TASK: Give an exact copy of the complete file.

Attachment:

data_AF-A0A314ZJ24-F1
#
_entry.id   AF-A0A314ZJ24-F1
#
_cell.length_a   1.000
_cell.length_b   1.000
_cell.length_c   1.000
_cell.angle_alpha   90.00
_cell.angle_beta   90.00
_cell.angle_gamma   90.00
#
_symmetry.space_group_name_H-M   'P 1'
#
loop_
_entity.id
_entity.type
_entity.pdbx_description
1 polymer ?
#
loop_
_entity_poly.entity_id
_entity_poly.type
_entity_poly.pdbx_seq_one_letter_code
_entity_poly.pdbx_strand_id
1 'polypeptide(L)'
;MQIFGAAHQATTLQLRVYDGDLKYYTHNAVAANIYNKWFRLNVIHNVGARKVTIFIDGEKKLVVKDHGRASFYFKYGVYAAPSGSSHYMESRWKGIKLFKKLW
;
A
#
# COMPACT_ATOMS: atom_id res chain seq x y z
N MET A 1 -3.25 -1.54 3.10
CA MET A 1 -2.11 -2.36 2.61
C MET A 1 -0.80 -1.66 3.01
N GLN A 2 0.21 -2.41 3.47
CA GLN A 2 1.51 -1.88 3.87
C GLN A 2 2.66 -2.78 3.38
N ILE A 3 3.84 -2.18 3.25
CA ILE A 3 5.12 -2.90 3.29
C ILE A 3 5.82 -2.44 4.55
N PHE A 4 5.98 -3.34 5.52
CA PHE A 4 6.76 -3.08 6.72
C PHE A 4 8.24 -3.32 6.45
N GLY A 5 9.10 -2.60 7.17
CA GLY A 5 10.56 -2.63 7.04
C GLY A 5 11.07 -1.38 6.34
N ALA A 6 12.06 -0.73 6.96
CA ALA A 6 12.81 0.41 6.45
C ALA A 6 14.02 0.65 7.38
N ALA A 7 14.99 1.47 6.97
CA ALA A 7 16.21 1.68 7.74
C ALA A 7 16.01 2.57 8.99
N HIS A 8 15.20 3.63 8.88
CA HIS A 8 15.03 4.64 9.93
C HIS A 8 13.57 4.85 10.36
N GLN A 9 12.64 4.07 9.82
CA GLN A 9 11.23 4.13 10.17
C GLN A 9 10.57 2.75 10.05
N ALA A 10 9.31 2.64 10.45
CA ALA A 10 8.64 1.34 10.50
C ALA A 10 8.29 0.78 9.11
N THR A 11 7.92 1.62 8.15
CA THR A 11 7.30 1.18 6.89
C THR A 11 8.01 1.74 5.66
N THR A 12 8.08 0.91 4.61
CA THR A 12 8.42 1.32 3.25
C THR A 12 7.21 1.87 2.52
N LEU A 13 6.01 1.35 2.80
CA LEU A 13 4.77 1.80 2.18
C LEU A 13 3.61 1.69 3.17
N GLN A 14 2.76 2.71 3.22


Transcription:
data_AF-A0A314ZJ24-F1
#
_entry.id   AF-A0A314ZJ24-F1
#
_cell.length_a   1.000
_cell.length_b   1.000
_cell.length_c   1.000
_cell.angle_alpha   90.00
_cell.angle_beta   90.00
_cell.angle_gamma   90.00
#
_symmetry.space_group_name_H-M   'P 1'
#
loop_
_entity.id
_entity.type
_entity.pdbx_description
1 polymer ?
#
loop_
_entity_poly.entity_id
_entity_poly.type
_entity_poly.pdbx_seq_one_letter_code
_entity_poly.pdbx_strand_id
1 'polypeptide(L)'
;MQIFGAAHQATTLQLRVYDGDLKYYTHNAVAANIYNKWFRLNVIHNVGARKVTIFIDGEKKLVVKDHGRASFYFKYGVYAAPSGSSHYMESRWKGIKLFKKLW
;
A
#
# COMPACT_ATOMS: atom_id res chain seq x y z
N MET A 1 -3.25 -1.54 3.10
CA MET A 1 -2.11 -2.36 2.61
C MET A 1 -0.80 -1.66 3.01
N GLN A 2 0.21 -2.41 3.47
CA GLN A 2 1.51 -1.88 3.87
C GLN A 2 2.66 -2.78 3.38
N ILE A 3 3.84 -2.18 3.25
CA ILE A 3 5.12 -2.90 3.29
C ILE A 3 5.82 -2.44 4.55
N PHE A 4 5.98 -3.34 5.52
CA PHE A 4 6.76 -3.08 6.72
C PHE A 4 8.24 -3.32 6.45
N GLY A 5 9.10 -2.60 7.17
CA GLY A 5 10.56 -2.63 7.04
C GLY A 5 11.07 -1.38 6.34
N ALA A 6 12.06 -0.73 6.96
CA ALA A 6 12.81 0.41 6.45
C ALA A 6 14.02 0.65 7.38
N ALA A 7 14.99 1.47 6.97
CA ALA A 7 16.21 1.68 7.74
C ALA A 7 16.01 2.57 8.99
N HIS A 8 15.20 3.63 8.88
CA HIS A 8 15.03 4.64 9.93
C HIS A 8 13.57 4.85 10.36
N GLN A 9 12.64 4.07 9.82
CA GLN A 9 11.23 4.13 10.17
C GLN A 9 10.57 2.75 10.05
N ALA A 10 9.31 2.64 10.45
CA ALA A 10 8.64 1.34 10.50
C ALA A 10 8.29 0.78 9.11
N THR A 11 7.92 1.62 8.15
CA THR A 11 7.30 1.18 6.89
C THR A 11 8.01 1.74 5.66
N THR A 12 8.08 0.91 4.61
CA THR A 12 8.42 1.32 3.25
C THR A 12 7.21 1.87 2.52
N LEU A 13 6.01 1.35 2.80
CA LEU A 13 4.77 1.80 2.18
C LEU A 13 3.61 1.69 3.17
N GLN A 14 2.76 2.71 3.22